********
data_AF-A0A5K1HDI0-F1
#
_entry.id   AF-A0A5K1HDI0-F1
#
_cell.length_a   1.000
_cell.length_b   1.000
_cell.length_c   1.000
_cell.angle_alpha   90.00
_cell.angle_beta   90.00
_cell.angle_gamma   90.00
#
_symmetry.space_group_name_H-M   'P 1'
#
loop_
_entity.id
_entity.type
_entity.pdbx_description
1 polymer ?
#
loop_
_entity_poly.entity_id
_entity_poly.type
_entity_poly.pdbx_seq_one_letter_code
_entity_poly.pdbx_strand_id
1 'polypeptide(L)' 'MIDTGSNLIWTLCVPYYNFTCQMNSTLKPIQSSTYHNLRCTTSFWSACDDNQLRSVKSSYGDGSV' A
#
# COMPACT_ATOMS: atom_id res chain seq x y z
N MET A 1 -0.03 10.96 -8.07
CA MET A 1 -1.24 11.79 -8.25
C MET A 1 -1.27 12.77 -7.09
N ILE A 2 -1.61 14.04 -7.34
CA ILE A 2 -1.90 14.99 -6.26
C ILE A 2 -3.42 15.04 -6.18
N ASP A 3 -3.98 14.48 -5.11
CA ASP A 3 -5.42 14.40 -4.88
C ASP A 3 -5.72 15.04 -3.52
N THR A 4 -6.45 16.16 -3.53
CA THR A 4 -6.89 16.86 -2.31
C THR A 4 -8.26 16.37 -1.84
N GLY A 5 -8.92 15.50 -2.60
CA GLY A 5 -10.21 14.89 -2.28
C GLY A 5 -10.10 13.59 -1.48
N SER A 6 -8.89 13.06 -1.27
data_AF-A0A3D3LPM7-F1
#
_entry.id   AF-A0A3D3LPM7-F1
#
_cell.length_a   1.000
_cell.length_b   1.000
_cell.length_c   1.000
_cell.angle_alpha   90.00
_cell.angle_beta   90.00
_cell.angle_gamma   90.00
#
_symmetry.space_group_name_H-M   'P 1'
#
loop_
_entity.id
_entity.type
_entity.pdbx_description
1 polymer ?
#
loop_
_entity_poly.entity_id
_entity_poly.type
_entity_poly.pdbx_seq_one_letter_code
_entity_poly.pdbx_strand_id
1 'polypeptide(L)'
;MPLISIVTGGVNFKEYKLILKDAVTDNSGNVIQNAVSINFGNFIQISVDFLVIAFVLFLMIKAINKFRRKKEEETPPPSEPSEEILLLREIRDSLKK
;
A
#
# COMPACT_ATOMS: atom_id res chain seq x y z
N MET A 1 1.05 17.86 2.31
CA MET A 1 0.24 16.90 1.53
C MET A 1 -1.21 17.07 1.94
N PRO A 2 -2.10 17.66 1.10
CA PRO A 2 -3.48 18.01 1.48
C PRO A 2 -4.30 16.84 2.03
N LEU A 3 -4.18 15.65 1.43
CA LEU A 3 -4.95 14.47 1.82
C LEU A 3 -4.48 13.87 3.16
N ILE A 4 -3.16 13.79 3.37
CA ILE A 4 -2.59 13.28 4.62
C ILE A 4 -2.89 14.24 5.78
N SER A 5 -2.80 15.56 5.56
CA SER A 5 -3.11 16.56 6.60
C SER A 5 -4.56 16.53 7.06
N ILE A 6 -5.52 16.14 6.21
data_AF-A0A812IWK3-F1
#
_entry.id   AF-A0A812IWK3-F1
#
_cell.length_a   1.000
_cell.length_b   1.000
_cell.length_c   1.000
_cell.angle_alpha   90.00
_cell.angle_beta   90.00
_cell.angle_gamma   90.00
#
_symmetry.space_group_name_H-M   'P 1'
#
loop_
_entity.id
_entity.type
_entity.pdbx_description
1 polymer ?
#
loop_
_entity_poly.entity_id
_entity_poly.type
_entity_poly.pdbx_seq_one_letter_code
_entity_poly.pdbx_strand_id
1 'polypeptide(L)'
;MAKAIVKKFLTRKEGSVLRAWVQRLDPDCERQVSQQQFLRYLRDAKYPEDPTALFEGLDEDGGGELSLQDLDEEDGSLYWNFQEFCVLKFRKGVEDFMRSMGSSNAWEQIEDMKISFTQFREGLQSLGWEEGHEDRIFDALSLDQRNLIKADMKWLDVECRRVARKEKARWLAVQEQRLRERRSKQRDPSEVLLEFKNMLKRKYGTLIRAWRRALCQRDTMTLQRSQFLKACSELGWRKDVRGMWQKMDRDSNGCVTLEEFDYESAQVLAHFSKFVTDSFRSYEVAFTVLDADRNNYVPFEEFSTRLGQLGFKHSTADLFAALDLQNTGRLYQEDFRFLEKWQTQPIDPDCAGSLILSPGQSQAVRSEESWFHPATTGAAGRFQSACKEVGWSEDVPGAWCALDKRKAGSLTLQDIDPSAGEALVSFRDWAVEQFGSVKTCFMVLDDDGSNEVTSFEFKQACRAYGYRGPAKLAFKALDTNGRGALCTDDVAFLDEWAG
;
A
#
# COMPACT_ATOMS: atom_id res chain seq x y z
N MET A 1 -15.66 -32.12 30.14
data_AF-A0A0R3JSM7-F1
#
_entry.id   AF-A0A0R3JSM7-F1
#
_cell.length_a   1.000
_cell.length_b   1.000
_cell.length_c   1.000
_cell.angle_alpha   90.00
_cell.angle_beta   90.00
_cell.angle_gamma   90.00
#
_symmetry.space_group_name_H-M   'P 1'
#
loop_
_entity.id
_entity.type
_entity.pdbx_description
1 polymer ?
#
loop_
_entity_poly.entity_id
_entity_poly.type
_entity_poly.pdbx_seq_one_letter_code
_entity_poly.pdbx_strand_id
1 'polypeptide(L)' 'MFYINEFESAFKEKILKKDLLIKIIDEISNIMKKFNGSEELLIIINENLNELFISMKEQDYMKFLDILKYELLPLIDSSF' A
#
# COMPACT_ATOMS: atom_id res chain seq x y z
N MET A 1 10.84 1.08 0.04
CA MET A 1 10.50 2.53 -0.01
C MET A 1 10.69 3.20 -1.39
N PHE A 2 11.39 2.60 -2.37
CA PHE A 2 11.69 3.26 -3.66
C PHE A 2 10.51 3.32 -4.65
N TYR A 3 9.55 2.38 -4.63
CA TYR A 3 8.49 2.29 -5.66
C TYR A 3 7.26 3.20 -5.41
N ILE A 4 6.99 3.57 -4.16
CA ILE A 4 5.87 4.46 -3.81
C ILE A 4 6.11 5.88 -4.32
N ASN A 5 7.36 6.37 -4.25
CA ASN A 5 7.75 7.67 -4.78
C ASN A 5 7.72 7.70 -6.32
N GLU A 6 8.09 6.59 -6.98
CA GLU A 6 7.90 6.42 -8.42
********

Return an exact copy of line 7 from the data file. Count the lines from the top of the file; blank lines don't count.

_cell.length_c   1.000